Repair Not Replace Your Historic Windows
It is a common question. Why repair rather than replace the windows in an historic building? Here are 6 reasons:
1. The original windows were built for and fit your historic building in just the same way that original doors, hardware, porches, clapboards, mantels contribute to the look and character of your building http://www.lowermerion.org/home/showdocument?id=4480
2. Historic windows were constructed out of old growth wood which will last hundreds of years, if properly maintained. Reproduction wood windows made of wood harvested today, although preferable to vinyl replacements, will not last as long as the original windows. See this article to learn more about old growth wood http://thecraftsmanblog.com/why-old-growth-wood-is-better/
3. When part of an historic window deteriorates, the piece can be repaired, unlike modern replacement windows that cannot be repaired and must be replaced. This article explains more http://www.dahp.wa.gov/sites/default/files/Wood-Windows-Tip-Sheet-July-2008.pdf
4.Repairing historic windows is good for the environment and keeps useable materials out of landfills. It is an ecological and sustainable choice. This study looks at some of the real costs of removing historic windows http://www.dahp.wa.gov/sites/default/files/WhatReplacementWindowsCantReplace.pdf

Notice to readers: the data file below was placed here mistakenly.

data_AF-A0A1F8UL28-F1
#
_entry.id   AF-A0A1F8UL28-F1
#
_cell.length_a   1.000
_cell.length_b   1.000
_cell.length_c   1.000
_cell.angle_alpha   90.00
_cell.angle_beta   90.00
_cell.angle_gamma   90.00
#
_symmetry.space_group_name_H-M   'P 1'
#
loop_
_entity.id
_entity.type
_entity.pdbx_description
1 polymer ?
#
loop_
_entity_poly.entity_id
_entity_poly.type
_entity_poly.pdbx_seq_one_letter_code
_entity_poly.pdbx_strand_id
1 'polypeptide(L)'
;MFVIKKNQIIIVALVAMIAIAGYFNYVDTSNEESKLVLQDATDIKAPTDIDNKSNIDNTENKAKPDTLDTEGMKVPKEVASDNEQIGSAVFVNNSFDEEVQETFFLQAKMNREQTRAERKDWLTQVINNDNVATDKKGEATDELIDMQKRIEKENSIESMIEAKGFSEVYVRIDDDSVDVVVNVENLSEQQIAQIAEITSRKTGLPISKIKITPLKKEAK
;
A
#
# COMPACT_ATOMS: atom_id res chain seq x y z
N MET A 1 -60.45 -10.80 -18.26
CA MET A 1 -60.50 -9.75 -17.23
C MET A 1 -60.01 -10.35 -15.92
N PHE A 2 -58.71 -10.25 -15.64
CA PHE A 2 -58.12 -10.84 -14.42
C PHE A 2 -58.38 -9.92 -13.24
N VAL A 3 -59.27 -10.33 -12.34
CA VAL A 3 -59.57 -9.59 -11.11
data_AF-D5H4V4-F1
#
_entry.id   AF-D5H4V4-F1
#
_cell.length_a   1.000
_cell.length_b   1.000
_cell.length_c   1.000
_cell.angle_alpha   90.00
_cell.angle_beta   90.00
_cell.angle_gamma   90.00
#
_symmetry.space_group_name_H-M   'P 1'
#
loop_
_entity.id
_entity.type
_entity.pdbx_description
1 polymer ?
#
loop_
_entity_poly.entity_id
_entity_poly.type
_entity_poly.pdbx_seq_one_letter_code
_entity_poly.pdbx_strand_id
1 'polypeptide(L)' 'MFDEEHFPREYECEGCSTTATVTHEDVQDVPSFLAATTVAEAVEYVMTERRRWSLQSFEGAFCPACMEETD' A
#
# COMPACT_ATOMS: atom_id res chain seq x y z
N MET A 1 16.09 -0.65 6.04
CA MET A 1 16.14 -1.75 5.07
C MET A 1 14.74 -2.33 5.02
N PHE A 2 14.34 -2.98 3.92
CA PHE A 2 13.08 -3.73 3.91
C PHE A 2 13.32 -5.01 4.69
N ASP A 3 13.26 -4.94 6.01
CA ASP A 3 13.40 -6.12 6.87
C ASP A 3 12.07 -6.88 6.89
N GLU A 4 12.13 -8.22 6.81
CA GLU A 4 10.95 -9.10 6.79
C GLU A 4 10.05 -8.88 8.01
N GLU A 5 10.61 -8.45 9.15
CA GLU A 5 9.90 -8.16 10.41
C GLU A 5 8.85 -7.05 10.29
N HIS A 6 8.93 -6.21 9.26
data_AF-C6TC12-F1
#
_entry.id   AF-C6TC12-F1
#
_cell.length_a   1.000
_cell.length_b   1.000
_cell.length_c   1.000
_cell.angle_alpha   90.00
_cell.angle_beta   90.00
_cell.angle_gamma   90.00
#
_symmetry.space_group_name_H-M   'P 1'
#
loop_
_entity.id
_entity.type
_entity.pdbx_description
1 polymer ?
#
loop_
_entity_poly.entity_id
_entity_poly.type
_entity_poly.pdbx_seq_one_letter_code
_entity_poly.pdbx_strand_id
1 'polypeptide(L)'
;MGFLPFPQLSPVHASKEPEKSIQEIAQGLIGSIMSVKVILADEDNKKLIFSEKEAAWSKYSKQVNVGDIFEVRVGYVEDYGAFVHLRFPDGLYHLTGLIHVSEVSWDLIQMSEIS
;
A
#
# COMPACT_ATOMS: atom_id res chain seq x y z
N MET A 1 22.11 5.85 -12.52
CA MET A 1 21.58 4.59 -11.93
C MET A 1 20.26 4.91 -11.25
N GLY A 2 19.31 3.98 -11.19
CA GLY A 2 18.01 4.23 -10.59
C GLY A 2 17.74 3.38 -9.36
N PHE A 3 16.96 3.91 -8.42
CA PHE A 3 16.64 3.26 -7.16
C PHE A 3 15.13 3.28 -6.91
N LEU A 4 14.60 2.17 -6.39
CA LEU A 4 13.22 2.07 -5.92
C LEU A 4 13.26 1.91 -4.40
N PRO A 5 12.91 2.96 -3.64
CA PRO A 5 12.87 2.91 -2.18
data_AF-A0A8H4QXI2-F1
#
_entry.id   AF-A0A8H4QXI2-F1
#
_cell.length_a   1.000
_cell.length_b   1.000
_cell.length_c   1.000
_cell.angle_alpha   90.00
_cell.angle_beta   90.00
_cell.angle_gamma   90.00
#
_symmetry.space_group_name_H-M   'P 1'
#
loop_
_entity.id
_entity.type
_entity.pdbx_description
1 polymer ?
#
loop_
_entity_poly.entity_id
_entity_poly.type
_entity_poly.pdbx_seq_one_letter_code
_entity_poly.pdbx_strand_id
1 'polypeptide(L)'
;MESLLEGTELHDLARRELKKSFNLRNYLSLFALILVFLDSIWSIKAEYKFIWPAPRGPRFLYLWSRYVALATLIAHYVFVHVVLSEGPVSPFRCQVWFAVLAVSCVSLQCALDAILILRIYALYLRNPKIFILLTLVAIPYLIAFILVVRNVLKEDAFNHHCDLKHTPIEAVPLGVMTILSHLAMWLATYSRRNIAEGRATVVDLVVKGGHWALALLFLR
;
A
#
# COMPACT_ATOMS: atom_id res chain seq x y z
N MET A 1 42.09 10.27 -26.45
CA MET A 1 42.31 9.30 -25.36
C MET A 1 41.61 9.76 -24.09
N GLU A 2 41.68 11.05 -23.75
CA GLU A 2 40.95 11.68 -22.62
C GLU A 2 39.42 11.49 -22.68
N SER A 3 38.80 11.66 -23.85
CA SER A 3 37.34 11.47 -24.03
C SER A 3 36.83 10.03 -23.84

5. Historic windows are beautiful. http://www.lowermerion.org/home/showdocument?id=4481
6. A well-restored historic window with a good storm is energy efficient. Check out this 2012 evaluation by the Preservation Green Lab looking at the energy performance of window retrofit and replacement. http://forum.savingplaces.org/viewdocument/saving-windows-saving-money-evalu
What is your reason?
Check out the NEW Historic Windows Resource Page on our website which includes a three-page bibliography, with links to articles which explore many of the philosophical, environmental and practical reasons to consider the repair of historic windows, as well as information about window repair shops.
Window restoration project underway in Springfield